Competition with railroads that extended south from the Columbia River into central Oregon and the newly opened McKenzie Pass Highway made the wagon road obsolete by the late 1930s. U. S. Route 20 was constructed across much of the same route as the Santiam Wagon Road. Sweet Home experienced significant growth during the 1940s due to the demand for timber from local forests. Further growth occurred when construction began on nearby Green Peter Dam in 1962 and continued as construction began on Foster Dam in 1966. During the 1980s, Sweet Home experienced a number of sawmill and plywood mill closures due to economic cycles, increased competition, increased productivity, logging restrictions placed on nearby forests resulting from environmental concerns for endangered species. In response, community members sought out other economic development opportunities such as the Oregon Jamboree country music and camping festival. According to the United States Census Bureau, the city has a total area of 5.75 square miles, of which 5.30 square miles is land and 0.45 square miles is water.
The intersection Oregon Route 228 and U. S. Route 20 occurs at the Western end of Sweet Home; the South Santiam River flows from Foster Reservoir along the northern city limits of Sweet Home. Ames Creek and Wiley Creek flow into the South Santiam River within the city limits. Sweet Home is built on a prehistoric petrified forest. In addition to fossil wood, the area includes a variety of agate, jasper and minerals; this region experiences warm and dry summers, with no average monthly temperatures above 71.6 °F. According to the Köppen Climate Classification system, Sweet Home has a warm-summer Mediterranean climate, abbreviated "Csb" on climate maps; the median income for a household in the city was $37,182. As of the census of 2010, there were 8,925 people, 3,440 households, 2,315 families residing in the city; the population density was 1,684.0 inhabitants per square mile. There were 3,768 housing units at an average density of 710.9 per square mile. The racial makeup of the city was 93.3% White, 0.3% African American, 1.3% Native American, 0.8% Asian, 0.1% Pacific Islander, 1.1% from other races, 3.0% from two or more races.
Hispanic or Latino of any race were 4.7% of the population. There were 3,440 households of which 33.7% had children under the age of 18 living with them, 47.5% were married couples living together, 13.9% had a female householder with no husband present, 5.9% had a male householder with no wife present, 32.7% were non-families. 25.7% of all households were made up of individuals and 11.4% had someone living alone, 65 years of age or older. The average household size was 2.57 and the average family size was 3.05. The median age in the city was 39.6 years. 25.7% of residents were under the age of 18. The gender makeup of the city was 49.6% male and 50.4% female. Major employers in Sweet Home include a titanium foundry. Oregon Jamboree The Weddle Covered Bridge, relocated from Thomas Creek near Scio, crosses Ames Creek at Sankey Park in Sweet Home; the Crawfordsville Covered Bridge spans the Calapooia River 8 miles southwest of Sweet Home and the Short Covered Bridge crosses the South Santiam River 12 miles east of Sweet Home.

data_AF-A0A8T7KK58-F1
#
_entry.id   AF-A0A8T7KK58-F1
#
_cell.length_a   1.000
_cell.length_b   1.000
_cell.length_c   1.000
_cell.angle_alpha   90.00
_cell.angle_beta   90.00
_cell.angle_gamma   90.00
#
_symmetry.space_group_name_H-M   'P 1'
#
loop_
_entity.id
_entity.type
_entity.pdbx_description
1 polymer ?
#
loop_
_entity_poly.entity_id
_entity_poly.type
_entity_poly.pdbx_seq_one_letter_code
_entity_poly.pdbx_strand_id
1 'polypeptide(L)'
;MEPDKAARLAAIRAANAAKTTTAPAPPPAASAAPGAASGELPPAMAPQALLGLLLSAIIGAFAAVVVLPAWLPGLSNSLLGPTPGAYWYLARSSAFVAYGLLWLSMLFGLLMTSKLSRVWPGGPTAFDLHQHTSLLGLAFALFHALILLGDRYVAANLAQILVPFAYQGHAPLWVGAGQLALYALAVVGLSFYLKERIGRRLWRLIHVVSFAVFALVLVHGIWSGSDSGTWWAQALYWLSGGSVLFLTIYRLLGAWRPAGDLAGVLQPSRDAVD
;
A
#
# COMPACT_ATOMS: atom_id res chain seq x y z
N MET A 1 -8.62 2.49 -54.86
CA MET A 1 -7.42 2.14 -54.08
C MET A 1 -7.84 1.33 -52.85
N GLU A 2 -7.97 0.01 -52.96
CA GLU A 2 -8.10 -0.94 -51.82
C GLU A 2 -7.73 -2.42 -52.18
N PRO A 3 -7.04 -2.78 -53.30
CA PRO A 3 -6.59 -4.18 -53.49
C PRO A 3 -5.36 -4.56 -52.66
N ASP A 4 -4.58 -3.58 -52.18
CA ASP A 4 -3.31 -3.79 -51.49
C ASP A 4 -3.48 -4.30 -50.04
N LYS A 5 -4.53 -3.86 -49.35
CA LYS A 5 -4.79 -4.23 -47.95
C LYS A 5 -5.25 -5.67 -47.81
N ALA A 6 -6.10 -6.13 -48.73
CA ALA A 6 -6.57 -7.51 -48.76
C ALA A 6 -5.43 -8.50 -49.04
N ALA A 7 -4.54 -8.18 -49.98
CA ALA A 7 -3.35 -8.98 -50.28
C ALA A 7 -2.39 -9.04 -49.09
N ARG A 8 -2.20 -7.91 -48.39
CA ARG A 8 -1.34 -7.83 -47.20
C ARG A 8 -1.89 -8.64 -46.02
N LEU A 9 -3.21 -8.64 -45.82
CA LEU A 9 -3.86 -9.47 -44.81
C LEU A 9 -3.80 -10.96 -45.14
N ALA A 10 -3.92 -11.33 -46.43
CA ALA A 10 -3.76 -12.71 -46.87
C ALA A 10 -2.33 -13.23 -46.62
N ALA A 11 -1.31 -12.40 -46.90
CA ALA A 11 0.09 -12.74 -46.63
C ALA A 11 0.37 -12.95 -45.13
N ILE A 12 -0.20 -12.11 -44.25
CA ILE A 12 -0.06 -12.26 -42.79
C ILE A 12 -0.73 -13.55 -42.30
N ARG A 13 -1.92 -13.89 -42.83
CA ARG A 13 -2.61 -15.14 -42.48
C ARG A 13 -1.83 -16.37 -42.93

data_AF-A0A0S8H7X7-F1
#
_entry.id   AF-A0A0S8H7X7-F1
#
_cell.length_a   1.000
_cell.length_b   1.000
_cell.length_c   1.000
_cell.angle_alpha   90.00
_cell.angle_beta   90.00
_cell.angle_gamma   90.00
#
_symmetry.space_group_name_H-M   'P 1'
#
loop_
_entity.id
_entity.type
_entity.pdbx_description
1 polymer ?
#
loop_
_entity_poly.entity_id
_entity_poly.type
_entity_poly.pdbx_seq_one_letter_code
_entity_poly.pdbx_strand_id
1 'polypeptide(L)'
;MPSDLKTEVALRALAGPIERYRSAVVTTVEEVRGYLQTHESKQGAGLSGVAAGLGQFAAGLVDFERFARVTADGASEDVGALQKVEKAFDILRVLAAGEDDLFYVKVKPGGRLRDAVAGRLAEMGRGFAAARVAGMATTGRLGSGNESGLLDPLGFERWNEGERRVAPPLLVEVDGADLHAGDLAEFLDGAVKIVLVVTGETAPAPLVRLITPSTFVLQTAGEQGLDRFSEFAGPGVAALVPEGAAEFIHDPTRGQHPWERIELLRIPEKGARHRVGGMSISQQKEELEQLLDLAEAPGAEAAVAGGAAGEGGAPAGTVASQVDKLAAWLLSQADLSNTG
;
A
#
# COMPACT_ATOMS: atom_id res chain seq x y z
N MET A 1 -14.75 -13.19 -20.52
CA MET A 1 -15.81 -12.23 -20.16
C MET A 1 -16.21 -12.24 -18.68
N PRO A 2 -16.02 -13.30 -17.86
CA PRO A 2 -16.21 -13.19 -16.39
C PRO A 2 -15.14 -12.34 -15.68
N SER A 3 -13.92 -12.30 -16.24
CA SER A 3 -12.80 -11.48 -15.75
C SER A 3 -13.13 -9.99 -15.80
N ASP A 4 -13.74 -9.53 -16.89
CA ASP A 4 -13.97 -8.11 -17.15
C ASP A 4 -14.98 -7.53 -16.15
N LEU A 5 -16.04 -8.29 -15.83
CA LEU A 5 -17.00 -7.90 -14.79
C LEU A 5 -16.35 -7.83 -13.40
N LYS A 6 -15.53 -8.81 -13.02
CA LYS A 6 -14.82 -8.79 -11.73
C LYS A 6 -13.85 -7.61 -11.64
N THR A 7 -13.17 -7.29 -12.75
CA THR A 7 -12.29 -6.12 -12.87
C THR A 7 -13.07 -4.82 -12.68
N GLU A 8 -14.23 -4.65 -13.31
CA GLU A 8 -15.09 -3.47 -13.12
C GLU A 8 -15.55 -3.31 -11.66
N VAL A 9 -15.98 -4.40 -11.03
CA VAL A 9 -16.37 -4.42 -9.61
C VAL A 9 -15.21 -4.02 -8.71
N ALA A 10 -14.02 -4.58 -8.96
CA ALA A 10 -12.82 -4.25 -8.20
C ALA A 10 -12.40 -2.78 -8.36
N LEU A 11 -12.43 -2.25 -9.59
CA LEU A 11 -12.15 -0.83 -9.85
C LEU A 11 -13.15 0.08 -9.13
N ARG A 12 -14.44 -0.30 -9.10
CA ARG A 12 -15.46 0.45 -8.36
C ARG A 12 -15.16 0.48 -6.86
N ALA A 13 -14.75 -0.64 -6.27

The 2018 Capitol Christmas Tree, which comes from a different national forest every year, was acquired by the Sweet Home Ranger District. The ranger district, part of the Willamette National Forest, was awarded the opportunity to present the tree to the American people for the 2018 Christmas season. Sweet Home has seven city parks. Nearby recreation opportunities include boating, fishing, white-water sports and gold panning. Foster Reservoir on the South Santiam River has boat ramps and a year-round marina while Green Peter Reservoir provides two improved boat ramps; the South Santiam River offers salmon and steelhead fishing while Quartzville Creek is recognized for Class 4 and Class 5 kayaking and gold panning opportunities. Nearby hiking trails include Horse Rock Ridge, Soda Creek Falls Trail at Cascadia State
Marion County, Oregon
Marion County is a county located in the U. S. state of Oregon. The population was 315,335 at the 2010 census; the county seat is the state capital. The county was named the Champooick District, after Champoeg, a meeting place on the Willamette River. On September 3, 1849, the territorial legislature renamed it in honor of Francis Marion, a Continental Army general from South Carolina who served in the American Revolutionary War. Marion County is part of the Salem, OR Metropolitan Statistical Area, included in the Portland-Vancouver-Salem, OR-WA Combined Statistical Area, it is located in the Willamette Valley. Marion County was created by the Provisional Legislature of Oregon on July 5, 1843 as the Champooick District, one of the original four districts of the Oregon Country along with Twality and Yamhill counties; the four districts were redesignated as counties in 1845. This political entity stretched southward to the California border and eastward to the Rocky Mountains. With the creation of Wasco, Linn and other counties, its area was reduced in size.